The CFFO requests that public input should continue for plans of subdivision and municipal oversight should continue for site plans.
Streamline Approval Process for Land Lease Communities
The CFFO is particularly concerned about the proposal to allow land lease communities to be approved via site plan control for a period up to 49 years. This puts increased risk, especially in rural areas, of poorly serviced housing that would then become entrenched for much longer periods of time. The CFFO does not support this proposed change.
The CFFO requests that current limits and requirements remain on land lease communities.
Facilitating Aggregate Applications
Amendments to official plans, secondary plans, and zoning by-laws to allow aggregate extraction applications at any time are likely to burden municipalities with extra costs and administrative burden. This will be particularly challenging for rural municipalities with lower overall budgets. The CFFO does not see benefit in this proposed change.
Aggregate applications should not be given special privilege with regard to official plans, secondary plans, or zoning by-laws that will burden municipal governments and taxpayers.
The CFFO is concerned about the proposal to introduce a streamlined process for Conservation Authorities to sever and dispose of land. Conservation Authorities are being asked to consider land that they own that may be suitable for development purposes. Conservation Authority owned and controlled land is valuable for the conservation and environmental services that it provides, as well as the vital opportunities it creates for public access to greenspace for recreation and mental health.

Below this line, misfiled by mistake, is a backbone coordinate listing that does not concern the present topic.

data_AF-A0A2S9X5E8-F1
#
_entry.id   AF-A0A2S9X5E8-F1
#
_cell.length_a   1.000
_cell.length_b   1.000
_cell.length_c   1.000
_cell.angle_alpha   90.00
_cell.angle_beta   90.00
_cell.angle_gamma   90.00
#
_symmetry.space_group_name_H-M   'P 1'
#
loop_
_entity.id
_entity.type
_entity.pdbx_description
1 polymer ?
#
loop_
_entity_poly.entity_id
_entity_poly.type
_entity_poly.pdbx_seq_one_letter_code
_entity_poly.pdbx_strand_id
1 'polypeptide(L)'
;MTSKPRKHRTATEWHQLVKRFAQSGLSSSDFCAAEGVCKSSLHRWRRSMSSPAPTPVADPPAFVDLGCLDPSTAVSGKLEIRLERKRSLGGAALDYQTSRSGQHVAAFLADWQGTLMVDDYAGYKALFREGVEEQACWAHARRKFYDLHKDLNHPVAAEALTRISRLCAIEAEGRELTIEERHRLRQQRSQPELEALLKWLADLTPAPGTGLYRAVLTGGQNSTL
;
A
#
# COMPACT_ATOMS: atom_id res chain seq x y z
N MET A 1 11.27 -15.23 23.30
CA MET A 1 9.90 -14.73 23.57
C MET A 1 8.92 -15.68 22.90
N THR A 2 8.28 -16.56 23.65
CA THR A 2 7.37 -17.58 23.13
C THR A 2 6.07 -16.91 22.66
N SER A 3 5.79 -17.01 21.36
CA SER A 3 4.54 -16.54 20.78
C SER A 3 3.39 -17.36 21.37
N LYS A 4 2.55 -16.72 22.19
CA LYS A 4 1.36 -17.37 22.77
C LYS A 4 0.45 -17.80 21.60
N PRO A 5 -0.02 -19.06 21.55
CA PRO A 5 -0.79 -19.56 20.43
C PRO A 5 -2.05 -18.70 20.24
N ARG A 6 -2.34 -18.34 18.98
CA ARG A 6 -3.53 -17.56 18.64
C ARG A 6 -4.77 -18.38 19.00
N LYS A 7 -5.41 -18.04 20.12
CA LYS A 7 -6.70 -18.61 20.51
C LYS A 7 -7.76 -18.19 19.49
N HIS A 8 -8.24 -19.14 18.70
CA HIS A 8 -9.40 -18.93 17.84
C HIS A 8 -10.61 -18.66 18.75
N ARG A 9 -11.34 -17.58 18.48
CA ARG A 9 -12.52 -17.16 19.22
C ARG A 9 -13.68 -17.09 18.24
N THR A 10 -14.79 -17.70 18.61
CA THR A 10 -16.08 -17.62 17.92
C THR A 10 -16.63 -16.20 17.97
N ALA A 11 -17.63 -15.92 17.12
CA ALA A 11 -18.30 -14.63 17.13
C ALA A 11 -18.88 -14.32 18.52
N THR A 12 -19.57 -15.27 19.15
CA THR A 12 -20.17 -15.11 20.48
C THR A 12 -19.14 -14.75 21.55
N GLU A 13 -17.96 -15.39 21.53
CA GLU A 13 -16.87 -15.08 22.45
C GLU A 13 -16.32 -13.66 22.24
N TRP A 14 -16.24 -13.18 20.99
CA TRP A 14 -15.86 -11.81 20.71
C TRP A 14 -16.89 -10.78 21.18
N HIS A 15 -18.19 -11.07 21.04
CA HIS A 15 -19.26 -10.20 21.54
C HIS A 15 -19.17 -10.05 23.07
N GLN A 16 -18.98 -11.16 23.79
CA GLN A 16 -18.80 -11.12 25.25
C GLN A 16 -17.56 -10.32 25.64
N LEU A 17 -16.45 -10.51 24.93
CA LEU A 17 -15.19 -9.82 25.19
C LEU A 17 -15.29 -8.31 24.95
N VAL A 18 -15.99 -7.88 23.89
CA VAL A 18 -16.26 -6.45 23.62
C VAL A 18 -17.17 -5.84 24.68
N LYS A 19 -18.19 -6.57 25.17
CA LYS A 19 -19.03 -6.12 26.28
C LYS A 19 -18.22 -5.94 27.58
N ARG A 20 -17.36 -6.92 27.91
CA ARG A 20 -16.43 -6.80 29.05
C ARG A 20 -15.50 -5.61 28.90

Conservation Authority land is often adjacent to farmland and many farmers currently rent Conservation Authority owned land for farming purposes. The CFFO does not want to see any currently productive land that is rented to farmers turned over for development. The CFFO is also concerned about the implications of a streamlined process that may not allow public input or due consideration of the potential impact of development. Farm properties may be impacted by changes to the property in question, be they abutting or up or downstream.
The CFFO does not support a streamlined process for Conservation Authorities to sever or dispose of land.
In a context of increased pressure for housing, the CFFO strongly encourages increased density within existing settlement area boundaries as a primary focus for increasing housing supply. The CFFO supports proposals to increase “missing middle” development and increase density around transit stations.
The CFFO has concerns about many of the other proposals for changes to the Planning Act and the potential impact these may have for agricultural land loss and fragmentation, potential impacts on farming properties and businesses, and resources in rural municipalities. The CFFO sees value in Upper-tier planning, public and municipal input on plans of subdivision and site plans, and current limits and requirements on land lease communities. Third-party appeals to the Ontario Land Tribunal are a valuable tool to ensure farmers can protect their business interests. Due process should be required for aggregate applications and disposal or severance of lands by Conservation Authorities.
We appreciate this opportunity to provide input and thank you for your consideration of our concerns and comments.
Ed Scharringa, President
Christian Farmers Federation of Ontario